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Thirty minutes and round the bend

Flashed his horse, like a streak of gray. Now for a straight course to the end.

Hold the pace, and life wins the day! Foain on the flank, and foam on the lip;

Nostrils crimsoned with oozing blood;
Heaving girth, and a trembling hip-

Yea--but think of the racing flood !
Down they swept by the sandstone bluff.
Dim grew the rocky trail and rough.
Still they thundered along the pass,
Like storm-wind bowing the summer grass.
Forty minutes—the bridge in sight,
Spanning the gorge with a web of light !
Rails agleam in the slanting sun,
Rods and cables like silver spun,

Out of the saddle sprang Reckless Dan,
Just where the network of steel began.
Not a moment he paused to think,
But ventured out from the dizzy brink,
Step by step, on the narrow ties,
Scanning the river with eager eyes.
Suddenly, stooping, with trembling haste
He fastened the lariat round his waist,
Tied it fast to an iron beam,
And swung out over the rushing stream.
Up the river, had flashed in sight
A bit of flotsam all gleaming white !
Ere it should pass, there was life and hope ;-
Down he slipped on his swaying rope.

Saved! but they drew them up half dead,

Man and child, from the whirlpool's grasp, Close to Dan's bosom, the golden head

Strained in his tight, convulsive clasp. Saved! and the cañon rang again With the joyful shouts of the rough-garbed men, “Hooray!” they cried, " for Reckless Dan! His heart's big enough for any man!” Aye, big enough and warm enough,

Like many another in the rough.
God sets a child in the midst-and lo!
Man's inhumanity melts like snow.

THE STORY OF A LITTLE RED HEN.

S. E. EASTMAN.

T

66

66

HIS is the story my grandmother told,
One day when the wind and the weather were cold.

You have read it before, perhaps dozens of times. Will you hear it again in the simplest of rhymes ? “Who'll sift the flour?” cried the little red hen;

We need some more bread.” “I w-o-n'-t, I w-o-n'-t," all the rest of the ten

Quite lazily said.
"Well, then, I will!” To the pantry she went

That very same hour,
And merrily sang, on her task still intent,

Till she sifted the flour.

Who'll stir in the yeast? ” cried the little red hen,

And who'll knead the bread?” “I won't, I won't,” all the rest of the ten

Rather angrily said. “Well, then, I will," and she worked so fast

That the loaf looked light, When placed in its shining pan at last,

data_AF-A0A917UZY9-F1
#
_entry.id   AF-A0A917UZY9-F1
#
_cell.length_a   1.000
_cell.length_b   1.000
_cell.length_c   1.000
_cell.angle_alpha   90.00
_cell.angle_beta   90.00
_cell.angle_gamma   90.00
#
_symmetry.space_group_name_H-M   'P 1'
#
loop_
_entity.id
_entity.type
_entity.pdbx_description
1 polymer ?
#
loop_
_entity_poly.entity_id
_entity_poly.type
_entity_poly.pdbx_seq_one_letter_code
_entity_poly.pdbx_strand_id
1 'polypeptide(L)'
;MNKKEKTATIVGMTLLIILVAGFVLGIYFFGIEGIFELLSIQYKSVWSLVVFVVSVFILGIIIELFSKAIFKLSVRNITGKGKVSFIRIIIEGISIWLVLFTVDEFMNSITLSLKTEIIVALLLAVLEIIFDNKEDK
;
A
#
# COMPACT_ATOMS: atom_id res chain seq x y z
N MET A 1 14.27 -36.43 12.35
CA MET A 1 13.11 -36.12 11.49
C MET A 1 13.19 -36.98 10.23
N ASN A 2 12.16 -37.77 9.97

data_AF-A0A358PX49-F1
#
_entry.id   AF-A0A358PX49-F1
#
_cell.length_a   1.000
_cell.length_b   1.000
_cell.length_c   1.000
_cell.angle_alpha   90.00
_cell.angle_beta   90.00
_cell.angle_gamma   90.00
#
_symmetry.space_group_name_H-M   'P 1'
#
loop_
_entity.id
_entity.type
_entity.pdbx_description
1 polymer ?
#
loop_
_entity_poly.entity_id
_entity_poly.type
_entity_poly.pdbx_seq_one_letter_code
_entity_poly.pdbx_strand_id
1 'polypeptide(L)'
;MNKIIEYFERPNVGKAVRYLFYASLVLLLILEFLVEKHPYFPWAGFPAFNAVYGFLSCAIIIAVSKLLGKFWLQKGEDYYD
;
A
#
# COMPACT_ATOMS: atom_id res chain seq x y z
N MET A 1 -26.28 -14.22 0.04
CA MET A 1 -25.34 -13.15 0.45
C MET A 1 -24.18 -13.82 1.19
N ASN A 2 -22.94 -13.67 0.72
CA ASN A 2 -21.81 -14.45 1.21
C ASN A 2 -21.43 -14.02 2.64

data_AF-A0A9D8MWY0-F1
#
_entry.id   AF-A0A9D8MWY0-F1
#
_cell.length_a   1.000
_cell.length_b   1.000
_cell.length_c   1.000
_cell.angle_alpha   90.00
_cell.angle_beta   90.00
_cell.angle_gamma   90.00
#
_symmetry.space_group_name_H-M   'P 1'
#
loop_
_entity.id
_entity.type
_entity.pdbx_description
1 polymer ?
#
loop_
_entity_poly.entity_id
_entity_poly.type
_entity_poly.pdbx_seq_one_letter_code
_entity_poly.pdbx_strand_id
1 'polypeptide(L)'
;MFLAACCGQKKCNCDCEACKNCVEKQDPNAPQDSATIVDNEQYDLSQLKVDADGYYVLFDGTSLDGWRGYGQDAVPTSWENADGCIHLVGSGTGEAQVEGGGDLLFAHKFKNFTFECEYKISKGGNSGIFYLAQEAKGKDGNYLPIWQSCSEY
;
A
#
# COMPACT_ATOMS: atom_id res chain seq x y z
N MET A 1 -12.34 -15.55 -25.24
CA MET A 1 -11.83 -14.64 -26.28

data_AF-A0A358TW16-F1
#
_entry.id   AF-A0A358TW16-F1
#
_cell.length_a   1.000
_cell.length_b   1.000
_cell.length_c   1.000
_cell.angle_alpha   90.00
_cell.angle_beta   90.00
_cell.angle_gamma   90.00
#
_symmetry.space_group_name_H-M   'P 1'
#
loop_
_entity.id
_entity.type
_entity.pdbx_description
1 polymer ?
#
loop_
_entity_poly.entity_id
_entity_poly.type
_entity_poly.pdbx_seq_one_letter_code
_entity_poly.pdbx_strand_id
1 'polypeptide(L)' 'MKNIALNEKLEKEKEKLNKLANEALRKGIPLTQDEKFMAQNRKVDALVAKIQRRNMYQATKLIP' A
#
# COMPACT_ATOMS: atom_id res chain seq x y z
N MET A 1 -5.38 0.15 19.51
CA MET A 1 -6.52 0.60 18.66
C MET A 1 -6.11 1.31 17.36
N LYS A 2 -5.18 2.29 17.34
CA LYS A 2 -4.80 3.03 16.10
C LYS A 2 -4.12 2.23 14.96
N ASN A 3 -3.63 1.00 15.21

To rise through the night.

Who will kindle the fire?” cried the little red hen;

Who'll bake the bread ? ” “ I won't, I won't,” all the rest of the ten

Quite sullenly said.
"Well, then, I will," and she wiped the dust

Till the oven was clean;
And the loaf, when baked, had the nicest crust

That ever was seen.

"Now the work is donę," cried the little red hen,

Who'll eat the bread?' "I will, I will," all the rest of the ten

Very eagerly said.
“No, indeed, you won't, as you've said before;

I'll eat it myself,"
And she left the loaf, after locking the door,

On the closet shelf.
Then the nine who'd been lazy and sullen and cross
Went up to the attic and wept o'er their loss.

FIVE LITTLE BROTHERS.

FIVE

IVE little brothers set out together

To journey the livelong day.
In a curious carriage all made of leather
They hurried away, away!
One big brother and three quite small,
And one wee fellow no size at all.
The carriage was dark and none too roomy,

And they could not move about;
The five little brothers grew very gloomy,

And the wee one began to pout,
Till the biggest one whispered: “What do you says:

. Let's leave the carriage and run away." So out they scampered, the five together,

And off and away they sped !
When somebody found that carriage of leather,

Oh, my! how she shook her head.
'Twas her little boy's shoe, as everyone knows,
And the five little brothers were five little toes.

MAN is his own star, and the soul that can
Render an honest and perfect man
Commands all light, all influence, all fate
Nothing to him falls early or too late.
Our acts our angels are, or good or ill,
Our fatal shadows, that walk by us still.